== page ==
Over the past year, my wife and I have started to trim our monthly budget with some creative ways to save money. Our kids are getting older and we want to travel with them to places like Disney World. In addition to adventures, we also want to get more aggressive with our retirement savings. To help us save for those adventures and savings, we’ve decided to reduce our already meager monthly expenses.
The cuts we found save us over $700 a month!
When you’re already on a meager budget like us, it can be hard to save money. Of course you can leave out the nice things, but I also want to be able to enjoy life a bit! The trick is to be creative and learn continuously. Below are some examples of creative ways to save money each month. These are all personal examples that my wife and I have implemented over the past year.
1. Internet ($15 per month)
I mentioned this briefly in a recent article, but I had no idea you could use your own modem instead of renting one from the internet company. I knew we paid $15 a month to use their modem, but apparently you don’t have to.
It’s not that hard either! We ended up buying one from Amazon for about $50. It pays for itself in 3.5 months!
Once you receive it, unplug the modem from the cable company and then plug in your new modem. While waiting for it to boot up, I connected my computer directly to the modem. This allowed me to follow Xfinity’s instructions (URL provided by the modem company). When I was done, I unplugged my computer and plugged that ethernet cable into our wireless router. This took maybe 10 minutes in total.
When I was done, I returned the Xfinity modem and they took the cost off our monthly bill.
2. Phone Bill ($60-$70 per month)
We’ve made a big leap here. We’ve been with Verizon for nearly 10 years, but at $136 a month, we decided this bill was WAY too expensive. After some research, we decided to switch to Google Fi.
Google Fi is a unique network that switches between the T-Mobile, USCellular, and secure Wi-Fi networks depending on who has the strongest signal. We’ve only had the service for two weeks now. I have no complaints yet.
To help you save more money, you can bring your own phone. We finally did this. Note that automatic network switching only works with compatible phones. You can see if your phone is compatible from the Google Fi website.
3. Subscriptions ($30 per month)
Subscriptions for streaming services or monthly boxes can add up considerably. This is what happened to us. We had way too much, so we both discussed what to cut.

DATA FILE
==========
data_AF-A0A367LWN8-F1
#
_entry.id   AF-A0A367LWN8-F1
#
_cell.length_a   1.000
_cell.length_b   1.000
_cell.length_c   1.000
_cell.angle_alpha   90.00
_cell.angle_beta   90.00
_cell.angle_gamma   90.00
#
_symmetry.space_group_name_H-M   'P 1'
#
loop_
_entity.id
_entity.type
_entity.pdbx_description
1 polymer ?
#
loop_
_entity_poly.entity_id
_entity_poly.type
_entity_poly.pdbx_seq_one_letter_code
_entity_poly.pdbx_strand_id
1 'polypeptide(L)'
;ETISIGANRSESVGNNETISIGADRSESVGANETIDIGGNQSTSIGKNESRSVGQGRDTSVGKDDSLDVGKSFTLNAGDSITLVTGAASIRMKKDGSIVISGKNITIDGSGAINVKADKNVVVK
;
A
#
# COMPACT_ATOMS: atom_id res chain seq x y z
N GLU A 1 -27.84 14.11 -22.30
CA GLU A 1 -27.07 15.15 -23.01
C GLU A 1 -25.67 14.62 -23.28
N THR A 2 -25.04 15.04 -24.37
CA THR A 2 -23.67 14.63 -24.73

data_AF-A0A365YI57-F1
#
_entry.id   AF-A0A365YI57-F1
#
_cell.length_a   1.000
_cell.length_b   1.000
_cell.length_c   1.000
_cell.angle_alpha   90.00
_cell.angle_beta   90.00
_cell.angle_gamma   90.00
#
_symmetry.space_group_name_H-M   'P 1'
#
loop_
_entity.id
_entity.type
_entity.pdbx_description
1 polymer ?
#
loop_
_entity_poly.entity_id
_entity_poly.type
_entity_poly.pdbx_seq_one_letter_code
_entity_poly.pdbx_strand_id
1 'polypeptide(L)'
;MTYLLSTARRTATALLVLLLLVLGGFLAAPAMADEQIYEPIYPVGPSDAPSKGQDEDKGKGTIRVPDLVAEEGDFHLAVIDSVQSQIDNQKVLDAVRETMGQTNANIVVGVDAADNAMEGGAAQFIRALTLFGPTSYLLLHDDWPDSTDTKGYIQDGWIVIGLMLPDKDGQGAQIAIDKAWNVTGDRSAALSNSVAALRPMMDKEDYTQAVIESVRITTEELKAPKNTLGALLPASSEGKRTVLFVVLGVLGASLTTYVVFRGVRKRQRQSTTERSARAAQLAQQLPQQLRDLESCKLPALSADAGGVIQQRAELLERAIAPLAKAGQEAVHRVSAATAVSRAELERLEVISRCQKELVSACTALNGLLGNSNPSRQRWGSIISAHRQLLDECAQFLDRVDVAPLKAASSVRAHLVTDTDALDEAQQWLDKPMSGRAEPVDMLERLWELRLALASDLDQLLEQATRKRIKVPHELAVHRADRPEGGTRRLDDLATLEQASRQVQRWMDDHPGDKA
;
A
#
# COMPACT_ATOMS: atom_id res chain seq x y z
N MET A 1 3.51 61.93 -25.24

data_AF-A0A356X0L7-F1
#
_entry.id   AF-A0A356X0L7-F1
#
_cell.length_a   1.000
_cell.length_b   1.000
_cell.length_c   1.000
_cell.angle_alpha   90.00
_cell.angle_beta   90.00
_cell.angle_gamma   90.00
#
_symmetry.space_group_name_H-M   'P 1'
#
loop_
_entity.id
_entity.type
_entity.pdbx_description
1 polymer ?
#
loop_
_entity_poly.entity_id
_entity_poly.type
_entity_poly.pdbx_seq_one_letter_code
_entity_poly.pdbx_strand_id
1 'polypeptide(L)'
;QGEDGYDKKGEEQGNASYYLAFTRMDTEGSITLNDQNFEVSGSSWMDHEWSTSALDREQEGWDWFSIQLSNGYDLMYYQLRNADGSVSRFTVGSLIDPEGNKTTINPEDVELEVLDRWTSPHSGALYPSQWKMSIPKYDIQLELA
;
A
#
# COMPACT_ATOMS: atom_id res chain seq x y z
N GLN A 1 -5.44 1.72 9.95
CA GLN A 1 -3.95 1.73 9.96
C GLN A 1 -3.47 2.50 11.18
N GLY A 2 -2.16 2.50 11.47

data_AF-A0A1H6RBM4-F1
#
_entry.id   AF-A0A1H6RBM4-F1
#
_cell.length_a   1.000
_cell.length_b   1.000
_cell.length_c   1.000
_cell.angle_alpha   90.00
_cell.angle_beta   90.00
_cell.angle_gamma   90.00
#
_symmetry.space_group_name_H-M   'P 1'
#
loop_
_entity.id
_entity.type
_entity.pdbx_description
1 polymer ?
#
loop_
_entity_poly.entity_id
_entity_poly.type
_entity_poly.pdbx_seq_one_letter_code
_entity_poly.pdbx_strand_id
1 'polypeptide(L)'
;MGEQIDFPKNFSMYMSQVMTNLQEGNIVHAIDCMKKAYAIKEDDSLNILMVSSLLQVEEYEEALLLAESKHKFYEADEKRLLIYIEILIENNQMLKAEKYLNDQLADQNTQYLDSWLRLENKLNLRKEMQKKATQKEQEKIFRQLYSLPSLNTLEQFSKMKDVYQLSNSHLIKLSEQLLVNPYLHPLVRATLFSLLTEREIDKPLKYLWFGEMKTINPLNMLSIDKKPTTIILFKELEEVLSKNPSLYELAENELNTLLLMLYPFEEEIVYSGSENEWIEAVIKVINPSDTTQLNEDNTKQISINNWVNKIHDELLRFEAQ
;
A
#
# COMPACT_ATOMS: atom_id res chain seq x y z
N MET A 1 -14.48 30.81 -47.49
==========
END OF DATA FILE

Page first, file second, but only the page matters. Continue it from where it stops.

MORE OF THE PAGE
Together we discussed which service we looked at the most, individually. My wife said Netflix and I said Hulu. The kids watch Disney+ the most, which is also a favorite for my wife and me. After our discussion, we decided to delete everything except Netflix and Disney+.
We also decided to cancel my Adobe subscription because I barely used it anymore and had access to the very old but still very usable Adobe CS5. Finally, we decided to end our Microsoft Office service and use Google Docs instead. This is a very viable replacement.
I recommend writing down every monthly subscription you have. Most of these plans are wants, not needs. So I’d go through your list and ask yourself, “Do I really use this a lot?” and rank them by how much you use them. When you’re done with your ranking, cut to the bottom of the list.
4. Groceries ($50-$100 per month)
Groceries can be expensive! We spend between $100 and $125 on food for the week.
With the COVID-19 pandemic, King Soopers (Kroger) has created all of their digital products, making it easier to find deals for the week. We make sure to take advantage every week. King Soopers also gives us loyalty coupons that give us free items such as eggs or $10 off products.
Some weeks, these coupons can cut our grocery bill from $125 to $100.
We also like to use the Ibotta app. This app is a creative way to save money, saving us between $5 and $10 per week. This may not seem like much, but it can add up throughout the month! Check out our Ibotta review if you want to learn more about this amazing application.
5A. Refinance (net zero)
Refinancing and the next item, student loans, are related, which is why I named them 5A and 5B.
In the summer of 2021, we decided to refinance, but not to cut our interest rates. We already had the lowest interest rate. Instead, we tried to tap into the $115,000 in value that our home had increased in its first 12 months of ownership.
A key goal of our refinancing was to get rid of our private mortgage insurance (PMI). After the 2008 housing market collapse, PMI is required for homeowners to consider that they have less than 20% in the value of the home. My wife and I were able to put down 10% on our $500,000 house. We had to come up with another $50,000 to get above the 20% down payment. This is where part of the $115,000.
The rest would go to help us restructure our debt.
5B. Student Loans ($550 per month)
We refinanced with the aim of not taking on more debt, but to restructure our current debt. This time we focused on paying off my $45,000 in student loans with the rest of the $115,000.
While that debt still exists, we’ve been able to cut interest rates in half. We can now take this extra $550 and put it into our retirement fund so that hopefully it can make more money for us.
Creative Ways to Save Money Conclusion
It feels great to save so much every month ($8,400 a year). This money can go a long way for our future and for having adventures with our children.
What are your favorite creative ways to save money!
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